Upton 3 60 17 413 Artane 3 155 17 825 Letterfrack 5 71 16 385 Salthill 1 58 4 377 457 458[457][458]Tralee 9 2 121 Glin 2 36 4 185 Clonmel 6 76 23 384 Passage West 8 1 44 Killarney 4 10 9 53 Kilkenny 5 43 17 194 Drogheda 1 11 1 30 Cappoquin 5 1 54 Rathdrum 10 35 21 133 Cavan 2 10 50 Ennis Closed 11 33 Clonakilty 4M2 21 Rushbrooke NM18 1 77 Kinsale Closed 3 0 Mallow 33 150 Sunday’s Well 2 10 2 136 Booterstown 5 81 25 361 Goldenbridge 9 103 40 500 Lakelands 1 75 6 377 Whitehall 40 2 244 Loughrea 5 11 7 26 Ballinasloe 7 1 44 Clifden 3 52 3 232 Lenaboy 20 1 61 Killarney 2 24 7 152 Pembroke Alms 13 5 66 Kilkenny 1 96 1 423 Birr Closed 11 67 St. George’s, Limerick 3 14 12 37 St. Vincent’s, Limerick 1 44 5 167 Newtownforbes 61 35 Dundalk 1 2 3 15 Westport 3 3 3 15 Ballaghadareen 5 22 Summerhill Closed 15 41 Bundoran 2 2 11 Benada Abbey 1 50 1 2 23 Templemore Closed 5 44 Cashel 1 25 1 1 33 Dundrum 2 30 5 144 Waterford 26 2 65 Moate 30 2 141 New Ross 47 Wexford 7 7 82


Daul Eireann 221 Ceisteanna Questions. Oral Answers. Releases from Industrial Schools.



Last edited by Marie-Therese O’ loughlin (2006-12-13 10:27:57)

#108 2006-12-16 06:47:58 Marie-Therese O’ Loughlin
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No Redress for Marie Therese

Aged 18 months, Marie Therese O’Loughlin fell into a blazing fire at a Legion of Mary mother-and-baby unit. Now she is seeking compensation/acknowledgment under the Residential Institutions Redress Board…………………………….. Emma Browne reports
For the past eight weeks Marie Therese O’Loughlin has been camped in protest outside Leinster House in Dublin, surviving on only soup and yoghurt.
She gained three stone in weight in advance of her protest (which started as a hunger strike); she has already lost two-and-half stone. She is protesting to persuade the Government to allow her to seek compensation/acknowledgment under the Residential Institutions Redress Board for injuries she received whilst in the mother and baby unit at the Regina Ceoli Hostel in Dublin in 1952. The unit is not currently on the redress list.

At some point during her second year in the Regina Ceoli hostel, her mother was admitted to hospital with TB. Marie Therese remained at the hostel under the care of the other mothers living there, some as young as 14. It was common practice for one mother to look after the children while the other mothers worked. When Marie Therese’s mother was ill in hospital, Marie Therese’s high chair fell into an “open blazing fire”. She sustained injuries that have left her with scars on her face, hand and leg. To this day she hides her hand from strangers and covers the scars on her face with her hair. Throughout her life, Marie Therese had no idea what caused her injuries. “I grew up with this imagination that somebody was trying to get rid of me.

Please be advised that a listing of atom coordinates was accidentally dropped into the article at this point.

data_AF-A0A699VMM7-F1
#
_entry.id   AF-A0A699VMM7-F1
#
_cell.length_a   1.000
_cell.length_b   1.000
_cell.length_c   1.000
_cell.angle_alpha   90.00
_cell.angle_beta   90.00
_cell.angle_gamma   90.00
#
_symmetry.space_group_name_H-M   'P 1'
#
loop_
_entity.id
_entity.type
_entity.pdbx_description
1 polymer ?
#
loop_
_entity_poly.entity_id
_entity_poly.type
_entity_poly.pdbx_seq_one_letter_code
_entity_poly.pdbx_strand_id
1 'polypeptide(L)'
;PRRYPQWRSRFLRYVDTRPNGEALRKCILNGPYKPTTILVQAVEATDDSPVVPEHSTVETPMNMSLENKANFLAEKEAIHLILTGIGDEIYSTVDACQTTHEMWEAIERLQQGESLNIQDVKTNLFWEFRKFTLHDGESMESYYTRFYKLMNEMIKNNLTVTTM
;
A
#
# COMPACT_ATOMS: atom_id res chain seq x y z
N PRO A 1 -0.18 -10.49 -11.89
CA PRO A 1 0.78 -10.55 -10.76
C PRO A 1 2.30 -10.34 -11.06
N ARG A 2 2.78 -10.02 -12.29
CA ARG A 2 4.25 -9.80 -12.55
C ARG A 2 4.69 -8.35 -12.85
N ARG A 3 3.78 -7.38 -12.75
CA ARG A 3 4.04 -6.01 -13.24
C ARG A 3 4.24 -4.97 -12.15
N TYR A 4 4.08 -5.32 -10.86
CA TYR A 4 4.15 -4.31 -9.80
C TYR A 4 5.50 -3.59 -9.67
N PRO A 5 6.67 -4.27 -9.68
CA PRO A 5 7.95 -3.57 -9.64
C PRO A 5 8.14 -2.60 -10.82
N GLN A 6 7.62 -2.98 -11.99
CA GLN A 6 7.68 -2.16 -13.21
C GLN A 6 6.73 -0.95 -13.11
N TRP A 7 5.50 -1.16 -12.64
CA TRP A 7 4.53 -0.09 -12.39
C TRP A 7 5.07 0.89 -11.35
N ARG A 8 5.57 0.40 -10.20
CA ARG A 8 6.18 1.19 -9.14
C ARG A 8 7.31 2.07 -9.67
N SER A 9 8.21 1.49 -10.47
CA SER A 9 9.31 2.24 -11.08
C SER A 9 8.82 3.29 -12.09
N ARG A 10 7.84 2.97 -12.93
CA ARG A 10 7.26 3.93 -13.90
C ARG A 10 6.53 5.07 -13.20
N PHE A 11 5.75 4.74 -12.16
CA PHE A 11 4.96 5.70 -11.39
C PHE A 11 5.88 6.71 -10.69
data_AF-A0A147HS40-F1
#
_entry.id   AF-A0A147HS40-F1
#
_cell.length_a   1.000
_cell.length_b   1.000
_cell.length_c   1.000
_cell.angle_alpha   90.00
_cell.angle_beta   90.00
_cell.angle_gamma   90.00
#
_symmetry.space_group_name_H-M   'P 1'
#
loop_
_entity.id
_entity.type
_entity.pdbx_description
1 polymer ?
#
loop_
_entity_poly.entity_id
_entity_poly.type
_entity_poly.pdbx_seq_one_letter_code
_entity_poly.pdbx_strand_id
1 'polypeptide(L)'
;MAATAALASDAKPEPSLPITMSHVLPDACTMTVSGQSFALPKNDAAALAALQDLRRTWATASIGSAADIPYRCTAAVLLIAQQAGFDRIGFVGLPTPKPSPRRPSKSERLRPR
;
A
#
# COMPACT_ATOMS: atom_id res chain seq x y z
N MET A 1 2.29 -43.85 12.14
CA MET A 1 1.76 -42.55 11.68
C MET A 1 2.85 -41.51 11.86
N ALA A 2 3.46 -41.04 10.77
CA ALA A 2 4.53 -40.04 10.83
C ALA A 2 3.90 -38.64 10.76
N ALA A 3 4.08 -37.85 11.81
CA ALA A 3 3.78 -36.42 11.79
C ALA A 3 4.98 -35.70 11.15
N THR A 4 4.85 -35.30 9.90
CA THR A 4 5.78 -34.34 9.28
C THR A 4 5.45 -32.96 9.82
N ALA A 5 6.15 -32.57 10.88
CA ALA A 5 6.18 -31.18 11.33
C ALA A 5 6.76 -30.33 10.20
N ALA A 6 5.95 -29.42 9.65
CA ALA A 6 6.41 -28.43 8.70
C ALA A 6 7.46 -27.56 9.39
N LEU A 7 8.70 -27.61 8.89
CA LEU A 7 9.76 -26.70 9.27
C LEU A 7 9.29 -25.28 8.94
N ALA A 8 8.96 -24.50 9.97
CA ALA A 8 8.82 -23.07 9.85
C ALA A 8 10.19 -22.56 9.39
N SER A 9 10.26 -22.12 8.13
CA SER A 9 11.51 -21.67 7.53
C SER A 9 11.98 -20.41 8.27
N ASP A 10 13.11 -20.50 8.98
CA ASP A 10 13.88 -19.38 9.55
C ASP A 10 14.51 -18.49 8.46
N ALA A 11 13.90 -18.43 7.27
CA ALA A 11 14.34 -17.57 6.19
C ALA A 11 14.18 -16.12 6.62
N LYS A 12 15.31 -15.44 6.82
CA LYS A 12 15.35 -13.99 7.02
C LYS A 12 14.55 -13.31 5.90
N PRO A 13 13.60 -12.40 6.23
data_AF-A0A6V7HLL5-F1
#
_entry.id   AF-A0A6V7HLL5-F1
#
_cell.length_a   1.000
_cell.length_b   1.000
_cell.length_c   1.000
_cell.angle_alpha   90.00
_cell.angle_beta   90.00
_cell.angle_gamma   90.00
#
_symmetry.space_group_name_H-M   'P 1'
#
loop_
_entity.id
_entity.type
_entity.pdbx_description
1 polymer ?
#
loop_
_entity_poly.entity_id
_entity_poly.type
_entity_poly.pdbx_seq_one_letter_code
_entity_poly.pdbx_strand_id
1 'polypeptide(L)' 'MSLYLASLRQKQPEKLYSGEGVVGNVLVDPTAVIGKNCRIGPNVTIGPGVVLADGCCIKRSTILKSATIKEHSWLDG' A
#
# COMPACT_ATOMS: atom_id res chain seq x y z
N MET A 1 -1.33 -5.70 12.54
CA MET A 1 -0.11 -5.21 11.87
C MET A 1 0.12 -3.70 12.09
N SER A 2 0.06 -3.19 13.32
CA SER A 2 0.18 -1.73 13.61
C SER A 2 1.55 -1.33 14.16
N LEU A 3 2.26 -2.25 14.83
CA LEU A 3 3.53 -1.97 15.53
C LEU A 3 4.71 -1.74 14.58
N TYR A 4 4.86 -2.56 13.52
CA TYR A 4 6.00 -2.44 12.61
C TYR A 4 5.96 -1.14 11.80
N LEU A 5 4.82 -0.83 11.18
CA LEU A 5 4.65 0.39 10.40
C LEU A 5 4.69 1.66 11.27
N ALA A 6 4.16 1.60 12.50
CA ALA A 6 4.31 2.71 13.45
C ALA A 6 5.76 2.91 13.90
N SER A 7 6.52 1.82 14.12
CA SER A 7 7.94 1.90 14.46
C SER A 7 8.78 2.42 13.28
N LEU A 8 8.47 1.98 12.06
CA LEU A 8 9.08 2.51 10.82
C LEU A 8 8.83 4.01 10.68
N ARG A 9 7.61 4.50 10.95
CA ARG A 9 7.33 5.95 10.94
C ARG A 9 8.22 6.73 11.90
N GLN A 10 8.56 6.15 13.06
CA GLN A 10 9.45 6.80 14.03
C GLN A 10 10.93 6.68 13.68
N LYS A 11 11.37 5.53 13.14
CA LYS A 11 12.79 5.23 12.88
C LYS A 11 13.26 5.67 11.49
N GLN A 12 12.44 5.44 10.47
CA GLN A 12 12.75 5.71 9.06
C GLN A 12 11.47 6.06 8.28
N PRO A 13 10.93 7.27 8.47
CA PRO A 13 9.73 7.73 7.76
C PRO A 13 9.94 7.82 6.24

“I never showed my hand to anyone… if anybody wanted to hold hands with me I pushed them away, I didn’t ever tell anyone I had a bad hand.” It was only when she was 29 and met her mother that she discovered the real cause of her injuries.

Subsequent to her stay at the mother-and-baby unit, Marie Therese went to Goldenbridge, an INDUSTRIAL SCHOOL when she was five years old. “There was a lot of name-calling (one of the names they called her was “scarface”), children were frightened of me, and my deformity was used against me.” During her time in Goldenbridge, Marie Therese made rosary beads: “nobody ever questioned throughout all my years in Goldenbridge [about]my deformity or whether I should or should not have been making rosary beads… no child should have been making them, and especially not a child with a deformity… as far as I am concerned it did untold damage to the tissue”. She describes her time in Goldenbridge as very lonely and unhappy, “I don’t remember ever getting close to anybody, I just can’t remember” Goldenbridge had such a cold atmosphere, I don’t either ever remember people saying nice things.”

After Goldenbridge she went to work as an au pair in Switzerland. This didn’t work out and she was sent back to Goldenbridge for a few months. She moved to London in her late teens and floated around hostels. “Ironically I was rescued by a woman from the Legion of Mary.”

It was in her late 20s, after undergoing counselling, that she began to wonder about her mother. She had grown up believing that her mother was dead as this was what the nuns in Goldenbridge told her. She returned to Dublin to find her mother’s grave. It was then that she discovered that her mother was alive. “I couldn’t understand I said, I am looking for a grave, not a person. I was out of myself, with shock and  horror, they wanted to get a doctor.” She returned to London where her mother tracked her down: “I got a phone call and this woman with a  Irish country accent said ‘I’m your mother’. ‘My mother is dead,’ I said. ‘I’m not that person,’ and she said, ‘you are, you are,’ and she asked me to forgive her, and not to have any recriminations towards her.”